“Kathlyn is going to do your hip-flexor work today, and then she’ll stretch you”
What I hear as I walk in the door to work on Tuesday.
“Are you good with that?” directed at me, with a smirk.
“Yeah uh, sure– but.. I’ve never done a hip massage before…” –Me, sounding super intelligent.
“Oh.. I know.” Walks away chuckling and leaves me in a room with a client.
And that is basically how SO many of my hours as an AT student are spent lately. Just yesterday at football a similar thing happened. Except with less details given and a little bit higher intensity.
In pre-game, pretty much as soon as we started taping we were over run by players wanting the perfect taping for their first play-off game- which meant Nikki was tied up with the QB and her form of dealing with the “swarm” is to shoot people off my direction. I normally cover ankles and thumbs, with the occasional wrist thrown in there. However today there was an elbow hyperextension that needed taping (a tape job I haven’t done since the very preliminary version they taught us a year ago in P&C- funny enough something they were reviewing in the part of class I left early from to make football), and NIkki asked if I knew how to do it. I kinda mumbled a sorta, I guess- and then promptly got thrown a roll of tape and was told to “go!”. The fun part about taping is that you can make a lot of stuff up on the fly, as long as it prevents what it’s supposed to prevent. What I came up with even got a compliment from Nikki when she saw it run by her on field later on.
Later on, a player had come off the field complaining of pain to the quad and iliotibial band just above the knee, and Nikki was running him through a quick assessment while I observed. His strength was good, and his movement was also fine- so we came the conclusion he just had a contusion (bruise) to the muscles in the area. She was just about to start compression wrapping and return to play functional testing when we hear “TRAINER, TRAINER!!!” from the field and see one our players rolling on the ground. All I got that time was Nikki throwing the elastic tape at me and yelling “compression!” as she ran onto the field. So, with an athlete anxious to get going standing infront of me I did my first on field quad contusion compression wrap (really not a big deal..) and ran my first athlete through functional return to play testing (bigger deal) and made the decision he was good to go back into play (and confirmed it of course). The boys ended up winning their quarter final game, and so we head off to semis next week! At least one more week of shivering for us!
Luckily, for me, I love learning this way. For one, it really prevents procrastination. When someone is throwing you into a situation, you can’t really put it off. Your brain is forced to recall information and put it to use, ASAP. Also, so far anyway, it has a way of giving a little boost of confidence- which is often needed. A lot of what we cover in class is often hard to grasp when all you have to practice on is your pretty healthy and functional lab partners. The amount of times I’ve walked into work and had the AT there say “have you ever done this before” or “when’s the last time you did this?” and my response is “um.. never..” (highly educated response, I know) is off the charts- but equal with the amount of times he throws me in there anyway. Of course giving a super quick demo that looks effortless and easy- only to be the opposite for my rookie hands. It only took a few weeks of doing some deep-tissue work on clients to get a feel for what was actually happening underneath my touch. It took me months to get my angles right in some tape jobs. But that’s what this kind of learning does to a person like me- it fuels that dedication to get it right- and I took it as a great compliment when Nikki referred to me as a perfectionist when helping me prep for my Taping practical.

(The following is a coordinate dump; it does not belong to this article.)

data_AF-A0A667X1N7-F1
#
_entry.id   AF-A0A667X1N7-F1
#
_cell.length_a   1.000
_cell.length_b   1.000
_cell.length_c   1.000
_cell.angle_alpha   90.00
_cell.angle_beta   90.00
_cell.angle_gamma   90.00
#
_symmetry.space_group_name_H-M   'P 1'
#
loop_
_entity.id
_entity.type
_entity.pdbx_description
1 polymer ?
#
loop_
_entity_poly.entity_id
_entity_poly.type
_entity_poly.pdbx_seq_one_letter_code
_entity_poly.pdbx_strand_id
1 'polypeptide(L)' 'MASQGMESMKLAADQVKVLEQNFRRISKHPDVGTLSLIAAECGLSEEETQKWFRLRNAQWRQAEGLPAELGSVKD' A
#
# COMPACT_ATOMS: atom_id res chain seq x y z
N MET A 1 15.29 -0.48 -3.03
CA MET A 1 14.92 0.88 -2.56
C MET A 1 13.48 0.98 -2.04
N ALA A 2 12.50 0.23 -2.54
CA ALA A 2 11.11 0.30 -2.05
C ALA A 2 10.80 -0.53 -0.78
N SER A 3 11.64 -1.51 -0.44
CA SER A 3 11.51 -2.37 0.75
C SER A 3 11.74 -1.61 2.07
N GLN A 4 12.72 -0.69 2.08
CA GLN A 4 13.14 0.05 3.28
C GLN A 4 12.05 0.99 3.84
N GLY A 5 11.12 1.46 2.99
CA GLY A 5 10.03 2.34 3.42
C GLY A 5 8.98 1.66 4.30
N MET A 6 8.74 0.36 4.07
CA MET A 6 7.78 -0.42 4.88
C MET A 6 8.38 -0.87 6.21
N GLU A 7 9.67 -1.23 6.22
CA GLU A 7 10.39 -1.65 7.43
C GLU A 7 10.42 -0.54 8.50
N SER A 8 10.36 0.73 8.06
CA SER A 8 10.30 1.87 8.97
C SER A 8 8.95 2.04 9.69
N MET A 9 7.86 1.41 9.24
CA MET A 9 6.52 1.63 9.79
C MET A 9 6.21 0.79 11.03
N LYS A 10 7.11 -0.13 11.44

Those “getting thrown into the deep end” lessons, although terrifying, are also really good for helping to teach how to put things into context. I shouldn’t say they are terrifying, they used to be.. but now they are pretty much expected. It’s kind of like, oh- I haven’t done that before- you’re going to make me do it, aren’t you… well, why not. Each client/athlete is so different, and you can’t throw a textbook assessment, tape job, or symptom at them and expect them to fit the mould (but you still have to have a more than solid appreciation for what those textbooks have inside them). I’m really seeing the value of getting a variety of different experiences under my belt- working with different therapists and athletes as much as possible. The AT at work always stresses how each therapist has their own style, and how it takes learning from a few different people to really get a feel for how you want to work.
It’s very true, just having seen the way a few therapists work so far. They all have different ways of being in whatever they are doing- and no way is more effective than another. When the basics are there, everything else falls into place. It’s the trial of an AT student to try and keep the basics floating around long enough that they actually become basic, instead of this huge mass of information that seems incomprehensible and overwhelming at first glance. “Use it or lose it” might be a good phrase. “Practice makes perfect” and “Try, try again” are also applicable.